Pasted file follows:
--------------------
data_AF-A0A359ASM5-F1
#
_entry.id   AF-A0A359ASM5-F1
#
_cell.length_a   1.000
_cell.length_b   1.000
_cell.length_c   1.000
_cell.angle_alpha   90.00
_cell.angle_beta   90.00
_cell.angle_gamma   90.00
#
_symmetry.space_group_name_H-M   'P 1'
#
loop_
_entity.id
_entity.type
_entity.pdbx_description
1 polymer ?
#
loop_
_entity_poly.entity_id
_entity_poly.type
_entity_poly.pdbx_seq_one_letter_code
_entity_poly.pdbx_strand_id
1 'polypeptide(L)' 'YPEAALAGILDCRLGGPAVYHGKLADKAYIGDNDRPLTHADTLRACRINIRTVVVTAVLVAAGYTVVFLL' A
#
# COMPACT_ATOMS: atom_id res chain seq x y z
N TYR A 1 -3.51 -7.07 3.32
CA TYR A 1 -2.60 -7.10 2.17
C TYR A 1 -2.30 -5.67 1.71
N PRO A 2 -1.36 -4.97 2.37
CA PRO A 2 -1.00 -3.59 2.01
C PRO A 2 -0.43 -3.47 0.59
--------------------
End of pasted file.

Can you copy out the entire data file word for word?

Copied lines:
data_AF-A0A359ASM5-F1
#
_entry.id   AF-A0A359ASM5-F1
#
_cell.length_a   1.000
_cell.length_b   1.000
_cell.length_c   1.000
_cell.angle_alpha   90.00
_cell.angle_beta   90.00
_cell.angle_gamma   90.00
#
_symmetry.space_group_name_H-M   'P 1'
#
loop_
_entity.id
_entity.type
_entity.pdbx_description
1 polymer ?
#
loop_
_entity_poly.entity_id
_entity_poly.type
_entity_poly.pdbx_seq_one_letter_code
_entity_poly.pdbx_strand_id
1 'polypeptide(L)' 'YPEAALAGILDCRLGGPAVYHGKLADKAYIGDNDRPLTHADTLRACRINIRTVVVTAVLVAAGYTVVFLL' A
#
# COMPACT_ATOMS: atom_id res chain seq x y z
N TYR A 1 -3.51 -7.07 3.32
CA TYR A 1 -2.60 -7.10 2.17
C TYR A 1 -2.30 -5.67 1.71
N PRO A 2 -1.36 -4.97 2.37
CA PRO A 2 -1.00 -3.59 2.01
C PRO A 2 -0.43 -3.47 0.59